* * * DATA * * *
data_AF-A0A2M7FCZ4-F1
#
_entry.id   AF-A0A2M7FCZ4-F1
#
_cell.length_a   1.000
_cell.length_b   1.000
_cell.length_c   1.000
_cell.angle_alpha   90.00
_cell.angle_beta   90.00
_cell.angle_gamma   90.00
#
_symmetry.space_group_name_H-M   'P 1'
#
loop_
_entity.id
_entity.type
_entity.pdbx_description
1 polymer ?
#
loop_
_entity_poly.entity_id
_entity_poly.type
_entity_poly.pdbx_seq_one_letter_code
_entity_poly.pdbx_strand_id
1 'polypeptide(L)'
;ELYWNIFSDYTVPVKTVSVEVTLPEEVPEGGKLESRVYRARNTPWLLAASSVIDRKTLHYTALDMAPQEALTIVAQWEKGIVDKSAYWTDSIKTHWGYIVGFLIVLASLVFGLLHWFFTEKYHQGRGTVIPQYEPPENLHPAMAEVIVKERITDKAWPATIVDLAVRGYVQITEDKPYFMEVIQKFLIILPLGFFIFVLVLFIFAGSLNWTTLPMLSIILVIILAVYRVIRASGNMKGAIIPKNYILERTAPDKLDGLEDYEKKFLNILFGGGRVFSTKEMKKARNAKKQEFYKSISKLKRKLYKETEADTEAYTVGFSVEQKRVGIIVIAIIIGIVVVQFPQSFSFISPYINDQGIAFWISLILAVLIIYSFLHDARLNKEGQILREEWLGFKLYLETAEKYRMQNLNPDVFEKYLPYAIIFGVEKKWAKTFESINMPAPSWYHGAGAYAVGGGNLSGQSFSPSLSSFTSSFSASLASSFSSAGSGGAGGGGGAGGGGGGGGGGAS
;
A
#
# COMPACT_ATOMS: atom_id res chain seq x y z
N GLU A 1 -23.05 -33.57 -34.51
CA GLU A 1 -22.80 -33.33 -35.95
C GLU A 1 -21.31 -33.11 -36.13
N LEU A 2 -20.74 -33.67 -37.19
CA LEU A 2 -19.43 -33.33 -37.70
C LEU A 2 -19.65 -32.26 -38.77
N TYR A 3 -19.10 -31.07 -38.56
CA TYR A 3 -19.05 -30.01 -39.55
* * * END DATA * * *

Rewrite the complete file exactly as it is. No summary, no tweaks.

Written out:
data_AF-A0A2M7FCZ4-F1
#
_entry.id   AF-A0A2M7FCZ4-F1
#
_cell.length_a   1.000
_cell.length_b   1.000
_cell.length_c   1.000
_cell.angle_alpha   90.00
_cell.angle_beta   90.00
_cell.angle_gamma   90.00
#
_symmetry.space_group_name_H-M   'P 1'
#
loop_
_entity.id
_entity.type
_entity.pdbx_description
1 polymer ?
#
loop_
_entity_poly.entity_id
_entity_poly.type
_entity_poly.pdbx_seq_one_letter_code
_entity_poly.pdbx_strand_id
1 'polypeptide(L)'
;ELYWNIFSDYTVPVKTVSVEVTLPEEVPEGGKLESRVYRARNTPWLLAASSVIDRKTLHYTALDMAPQEALTIVAQWEKGIVDKSAYWTDSIKTHWGYIVGFLIVLASLVFGLLHWFFTEKYHQGRGTVIPQYEPPENLHPAMAEVIVKERITDKAWPATIVDLAVRGYVQITEDKPYFMEVIQKFLIILPLGFFIFVLVLFIFAGSLNWTTLPMLSIILVIILAVYRVIRASGNMKGAIIPKNYILERTAPDKLDGLEDYEKKFLNILFGGGRVFSTKEMKKARNAKKQEFYKSISKLKRKLYKETEADTEAYTVGFSVEQKRVGIIVIAIIIGIVVVQFPQSFSFISPYINDQGIAFWISLILAVLIIYSFLHDARLNKEGQILREEWLGFKLYLETAEKYRMQNLNPDVFEKYLPYAIIFGVEKKWAKTFESINMPAPSWYHGAGAYAVGGGNLSGQSFSPSLSSFTSSFSASLASSFSSAGSGGAGGGGGAGGGGGGGGGGAS
;
A
#
# COMPACT_ATOMS: atom_id res chain seq x y z
N GLU A 1 -23.05 -33.57 -34.51
CA GLU A 1 -22.80 -33.33 -35.95
C GLU A 1 -21.31 -33.11 -36.13
N LEU A 2 -20.74 -33.67 -37.19
CA LEU A 2 -19.43 -33.33 -37.70
C LEU A 2 -19.65 -32.26 -38.77
N TYR A 3 -19.10 -31.07 -38.56
CA TYR A 3 -19.05 -30.01 -39.55